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I was reviewing the following code in a linux kernel module :

static int proc_read_kernel(char *buffer, char **start, off_t offset, int length,int *eof, void *data)
 {
   int len=0;
   struct mem_rw_t *mem= (struct mem_rw_t *)data;

   switch(mem->flag)
   {

From the above code it swiches to another function which has a length check as follows

static int func1(char *buffer, char **start, off_t offset, int length)
{
    printk ("The value for len is %d\n\r",len);
    printk ("The value for length is %d\n\r",length);

    if(len > length)
         goto list_finished;

The output of the above code looks as below. It looks like the len is going greater than length for the last value and proc read is not working properly:

The value for len is 0
The value for length is 3072
The value for len is 398
The value for length is 3072
The value for len is 796
The value for length is 3072
The value for len is 796
The value for length is 3072
The value for len is 1537
The value for length is 3072
The value for len is 1777
The value for length is 3072
The value for len is 1777
The value for length is 3072
The value for len is 2029
The value for length is 3072
The value for len is 2427
The value for length is 3072
The value for len is 3120
The value for length is 3072
<4>proc_file_read: Read count exceeded

Any suggestions to remove the above error ?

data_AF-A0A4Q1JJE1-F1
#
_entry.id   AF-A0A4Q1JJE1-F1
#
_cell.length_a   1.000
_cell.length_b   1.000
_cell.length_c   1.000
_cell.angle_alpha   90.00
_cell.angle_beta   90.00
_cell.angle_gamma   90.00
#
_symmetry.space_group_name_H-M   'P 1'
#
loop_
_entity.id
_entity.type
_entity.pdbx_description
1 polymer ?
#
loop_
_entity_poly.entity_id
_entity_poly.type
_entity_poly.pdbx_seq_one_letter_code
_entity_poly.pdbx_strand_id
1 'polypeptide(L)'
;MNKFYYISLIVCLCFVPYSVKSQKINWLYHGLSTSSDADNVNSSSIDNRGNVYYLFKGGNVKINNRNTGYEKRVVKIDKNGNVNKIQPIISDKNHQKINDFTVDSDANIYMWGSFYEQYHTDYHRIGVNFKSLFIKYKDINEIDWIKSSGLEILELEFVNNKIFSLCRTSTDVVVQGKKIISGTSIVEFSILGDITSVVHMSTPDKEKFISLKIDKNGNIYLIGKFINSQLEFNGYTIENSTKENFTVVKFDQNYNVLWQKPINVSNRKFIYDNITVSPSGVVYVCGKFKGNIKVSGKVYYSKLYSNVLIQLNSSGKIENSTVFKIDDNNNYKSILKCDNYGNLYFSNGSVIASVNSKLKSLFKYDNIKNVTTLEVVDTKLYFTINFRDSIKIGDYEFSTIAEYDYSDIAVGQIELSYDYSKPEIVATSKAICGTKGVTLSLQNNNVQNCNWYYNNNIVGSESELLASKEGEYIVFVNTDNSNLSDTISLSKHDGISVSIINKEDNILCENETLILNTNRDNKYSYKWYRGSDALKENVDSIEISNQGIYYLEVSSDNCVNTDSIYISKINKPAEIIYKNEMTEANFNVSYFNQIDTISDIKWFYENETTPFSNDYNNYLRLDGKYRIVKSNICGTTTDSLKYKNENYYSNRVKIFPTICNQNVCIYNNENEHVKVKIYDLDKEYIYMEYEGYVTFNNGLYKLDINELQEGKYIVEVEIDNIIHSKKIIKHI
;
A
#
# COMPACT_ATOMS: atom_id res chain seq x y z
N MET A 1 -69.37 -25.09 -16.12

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What are len and length? Where do you get them from? func1 doesn't have a variable named len. –  ugoren Apr 8 '12 at 10:21
    
length is what we pass to proc_read and the len (which is calculated internally) is the total length of data to be read using the PROC interface which goes beyond the PROC_BLOCK_SIZE (3072) as per the prints ; code in proc/base.c says last 1K is reserved for Kernel . Can this be resolved (meaning make proc read more than 3K) with existing PROC infrastructure itself ? Thanks. –  lxusr Apr 9 '12 at 5:16
    
The question just isn't clear. The code sample should be more complete, and the question should be more accurate. Your comment explains some things, but it would be much better to edit the question. –  ugoren Apr 9 '12 at 9:52

1 Answer 1

Based on what your comment says, I suggest that you look at linux/seq_file.h.
The APIs it exports allow you to create a multi-line /proc entry, which isn't limited in size.
You'll need to provide a function that returns one line of data, and it would be called repeatedly by the I/S, with a new buffer each time. If each line doesn't exceed 3K (and it would be horribly unreadable if it does), it should be OK.

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